Post Tubal Ligation Tubal Reanastomosis Versus In Vitro Fertilization

Approximately 10% of women who undergo tubal ligation subsequently wish to have another child – the most common reason being a new male partner who has never fathered children.  Tubal ligation involves the interruption of the tube, typically in the mid portion or rarely resection of the distal end of the tube.  All tubal ligation patients have the option of in vitro fertilization (IVF), assuming they have good ovarian reserve, i.e. a reasonable number of good quality eggs left in their ovaries.  Ovarian reserve can be checked by a variety of means, the most accurate being an ultrasound count of follicles in the ovary along with a blood test known as antimullerian hormone level.

To be a candidate for tubal reconstructive surgery it must be ascertained that the patient has sufficient healthy remaining tube and that the distal working end of the tube has not been removed or damaged.  If a tubal ligation has been performed using cautery often extensive tube damage has occurred.  These individuals in general are not good candidates for surgery.  Prior to considering tubal surgery a semen analysis to rule out a severe male factor should be performed.  If a severe male factor is found, IVF using intracytoplasmic sperm injection (ICSI) is likely to be the best option.

If the female partner is older than 35, despite good ovarian reserve she is likely to have an increased proportion of poor quality eggs, often resulting in a significant delay to conception.  For the older patient IVF is likely to be the preferable option.  If ovarian reserve is poor, donor egg in vitro fertilization is the most realistic option.  If the female partner is 35 years or less with good ovarian reserve pregnancy rates of approximately 70% can be expected with surgery, comparable to cumulative pregnancy rates with IVF.

At the Florida Institute for Reproductive Medicine tubal reanastomosis is being performed on an outpatient basis with the use of the da Vinci robot allowing individuals to return to work typically within one to three days.  Surgery is associated with a significant increase in the risk of an ectopic pregnancy, i.e. a pregnancy getting “stuck” in the tube.  This condition can be serious requiring emergent surgery.  If a couple decides they only want a single pregnancy the issue of future contraception must be addressed.   At the Florida Institute for Reproductive Medicine, using the robotic laparoscopic approach we are able to offer this surgery at a cost of $6,750 (cost for an average IVF cycle is $11,000).  The primary disadvantage of IVF is a high multiple pregnancy rate.  For individuals less than 38 years of age multiple pregnancy rates range from 20-40%, 98% of these being twins.  While the great majority of twins do very well there is an increased risk of morbidity and mortality.  Almost all multiple pregnancies are delivered by cesarean section.  The issue of a multiple pregnancy can be avoided by electing to transfer a single embryo.  For couples who are ethically opposed to IVF because of the issue of freezing (pre)embryos, this can be avoided through egg freezing.  Because of the disadvantages associated with surgery approximately 9 out of 10 couples at our center are electing IVF as opposed to surgery.  With the advent of the low cost outpatient robotic approach, we believe this ratio will decrease.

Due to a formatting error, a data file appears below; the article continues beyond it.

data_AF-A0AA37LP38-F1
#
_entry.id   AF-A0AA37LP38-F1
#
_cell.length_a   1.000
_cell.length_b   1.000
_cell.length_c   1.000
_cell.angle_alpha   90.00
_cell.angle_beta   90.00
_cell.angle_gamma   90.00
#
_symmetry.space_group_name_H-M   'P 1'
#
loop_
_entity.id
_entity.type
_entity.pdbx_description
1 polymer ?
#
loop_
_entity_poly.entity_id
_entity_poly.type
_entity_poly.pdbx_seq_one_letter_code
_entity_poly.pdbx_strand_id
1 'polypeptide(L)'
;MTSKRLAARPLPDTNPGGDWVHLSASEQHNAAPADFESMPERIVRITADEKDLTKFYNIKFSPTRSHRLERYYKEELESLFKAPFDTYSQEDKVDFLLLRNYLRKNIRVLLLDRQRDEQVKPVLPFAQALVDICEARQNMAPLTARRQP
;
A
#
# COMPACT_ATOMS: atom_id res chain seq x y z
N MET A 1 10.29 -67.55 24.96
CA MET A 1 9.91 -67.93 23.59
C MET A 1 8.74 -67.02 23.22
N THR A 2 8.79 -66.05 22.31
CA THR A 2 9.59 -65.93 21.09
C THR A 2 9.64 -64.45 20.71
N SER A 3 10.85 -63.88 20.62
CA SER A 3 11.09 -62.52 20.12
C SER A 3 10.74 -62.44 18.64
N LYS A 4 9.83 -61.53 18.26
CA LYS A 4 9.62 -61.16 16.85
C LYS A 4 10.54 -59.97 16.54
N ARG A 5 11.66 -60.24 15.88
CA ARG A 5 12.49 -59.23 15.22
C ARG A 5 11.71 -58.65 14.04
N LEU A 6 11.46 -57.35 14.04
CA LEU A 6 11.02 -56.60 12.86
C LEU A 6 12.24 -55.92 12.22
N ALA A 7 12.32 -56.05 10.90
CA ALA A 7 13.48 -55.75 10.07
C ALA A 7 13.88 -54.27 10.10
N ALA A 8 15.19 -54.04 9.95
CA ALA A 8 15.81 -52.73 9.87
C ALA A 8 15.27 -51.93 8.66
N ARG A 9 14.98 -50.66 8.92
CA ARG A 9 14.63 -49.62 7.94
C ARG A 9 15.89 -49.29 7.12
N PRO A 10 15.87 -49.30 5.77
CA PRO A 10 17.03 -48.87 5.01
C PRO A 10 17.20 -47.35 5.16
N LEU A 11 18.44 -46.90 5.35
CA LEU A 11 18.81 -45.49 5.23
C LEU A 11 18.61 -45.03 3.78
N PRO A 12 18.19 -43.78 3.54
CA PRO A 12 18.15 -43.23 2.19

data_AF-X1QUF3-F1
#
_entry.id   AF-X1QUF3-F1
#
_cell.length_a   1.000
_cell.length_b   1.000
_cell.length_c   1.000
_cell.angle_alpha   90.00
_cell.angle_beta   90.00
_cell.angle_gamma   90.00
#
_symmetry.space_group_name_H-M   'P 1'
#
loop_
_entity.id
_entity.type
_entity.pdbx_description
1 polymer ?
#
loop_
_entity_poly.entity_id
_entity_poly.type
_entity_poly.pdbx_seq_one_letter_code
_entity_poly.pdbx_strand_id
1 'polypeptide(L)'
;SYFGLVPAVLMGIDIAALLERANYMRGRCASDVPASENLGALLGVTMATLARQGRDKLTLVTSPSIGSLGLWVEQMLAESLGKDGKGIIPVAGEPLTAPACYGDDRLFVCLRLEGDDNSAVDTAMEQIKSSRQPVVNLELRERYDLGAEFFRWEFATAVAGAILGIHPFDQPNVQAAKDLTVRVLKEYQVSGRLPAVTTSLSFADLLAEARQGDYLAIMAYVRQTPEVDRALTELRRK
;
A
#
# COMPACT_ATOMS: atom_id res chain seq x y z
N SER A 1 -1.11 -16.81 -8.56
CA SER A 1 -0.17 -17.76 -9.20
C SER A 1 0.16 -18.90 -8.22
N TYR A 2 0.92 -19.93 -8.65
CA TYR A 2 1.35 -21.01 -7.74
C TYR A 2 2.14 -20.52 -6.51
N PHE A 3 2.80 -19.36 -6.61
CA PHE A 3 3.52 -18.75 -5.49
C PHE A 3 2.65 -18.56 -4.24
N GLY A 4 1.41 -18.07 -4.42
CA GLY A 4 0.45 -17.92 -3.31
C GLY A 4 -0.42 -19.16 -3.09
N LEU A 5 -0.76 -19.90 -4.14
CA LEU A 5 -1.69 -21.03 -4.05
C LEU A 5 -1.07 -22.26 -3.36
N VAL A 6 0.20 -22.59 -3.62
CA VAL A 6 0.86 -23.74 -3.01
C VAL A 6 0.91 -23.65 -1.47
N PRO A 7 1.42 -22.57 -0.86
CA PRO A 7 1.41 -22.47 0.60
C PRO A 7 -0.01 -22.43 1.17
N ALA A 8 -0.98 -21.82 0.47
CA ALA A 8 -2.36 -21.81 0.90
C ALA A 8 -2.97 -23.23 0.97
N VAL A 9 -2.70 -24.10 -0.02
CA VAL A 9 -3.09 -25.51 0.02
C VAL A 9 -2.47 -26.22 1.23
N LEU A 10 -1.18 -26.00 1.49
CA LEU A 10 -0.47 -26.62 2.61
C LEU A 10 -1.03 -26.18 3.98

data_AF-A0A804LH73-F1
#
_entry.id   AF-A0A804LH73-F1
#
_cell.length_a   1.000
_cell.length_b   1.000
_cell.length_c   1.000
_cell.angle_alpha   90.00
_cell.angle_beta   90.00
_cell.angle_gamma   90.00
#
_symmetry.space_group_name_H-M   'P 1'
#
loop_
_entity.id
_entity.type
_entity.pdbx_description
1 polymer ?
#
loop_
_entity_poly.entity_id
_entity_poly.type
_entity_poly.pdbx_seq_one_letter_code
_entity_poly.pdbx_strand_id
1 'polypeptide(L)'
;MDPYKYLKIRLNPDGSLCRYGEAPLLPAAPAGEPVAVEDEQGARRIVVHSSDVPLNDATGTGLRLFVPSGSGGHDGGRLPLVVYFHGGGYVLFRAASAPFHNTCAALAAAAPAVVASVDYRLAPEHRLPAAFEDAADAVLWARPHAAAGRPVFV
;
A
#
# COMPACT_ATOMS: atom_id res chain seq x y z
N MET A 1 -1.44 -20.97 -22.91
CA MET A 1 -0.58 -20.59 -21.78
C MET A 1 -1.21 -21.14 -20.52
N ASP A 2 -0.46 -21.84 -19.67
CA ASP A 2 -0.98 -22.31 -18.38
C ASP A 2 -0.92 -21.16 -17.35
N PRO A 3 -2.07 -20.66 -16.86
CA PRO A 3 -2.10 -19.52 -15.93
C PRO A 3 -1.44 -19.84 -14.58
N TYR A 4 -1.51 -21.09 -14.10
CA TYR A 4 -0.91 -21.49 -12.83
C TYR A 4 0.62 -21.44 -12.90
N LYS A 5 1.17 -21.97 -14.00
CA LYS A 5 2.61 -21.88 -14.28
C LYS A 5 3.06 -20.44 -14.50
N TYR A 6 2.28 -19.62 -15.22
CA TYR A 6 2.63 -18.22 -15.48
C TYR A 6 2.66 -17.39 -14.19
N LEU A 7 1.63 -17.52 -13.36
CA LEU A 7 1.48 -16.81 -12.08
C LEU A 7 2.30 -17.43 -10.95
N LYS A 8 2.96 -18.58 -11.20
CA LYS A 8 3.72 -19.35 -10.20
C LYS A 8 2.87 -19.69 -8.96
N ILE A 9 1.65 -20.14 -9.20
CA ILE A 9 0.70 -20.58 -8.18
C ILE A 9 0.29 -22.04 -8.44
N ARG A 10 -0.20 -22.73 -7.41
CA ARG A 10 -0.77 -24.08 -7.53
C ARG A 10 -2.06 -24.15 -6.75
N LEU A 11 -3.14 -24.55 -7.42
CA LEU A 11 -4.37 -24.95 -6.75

An Explanation of IVF Success Rates

Following passage of the Wyden bill in 1991, fertility programs in the United States were required to report their in vitro fertilization (IVF) pregnancy data to the Centers for Disease Control (CDC). This bill was intended to give the consumer a means of evaluating a particular IVF program. While the majority of programs in this country do report some do not. The penalty for not reporting is minimal – these programs are simply listed by the CDC as non-reporting. Reporting programs are subject to unannounced audits by qualified embryologists to verify data. At the Florida Institute for Reproductive Medicine over the last 21 years, we have been audited on two occasions and have passed both. A program not reporting their data to the CDC can report whatever data they wish, knowing they are not going to be audited. For that reason, it is wise to avoid any non-reporting program. To check and see if a program is a reporting program, check the website (/art2009, /art2008, etc). I would suggest checking for at least the last three to four years as some clinics may report their data only when it is favorable.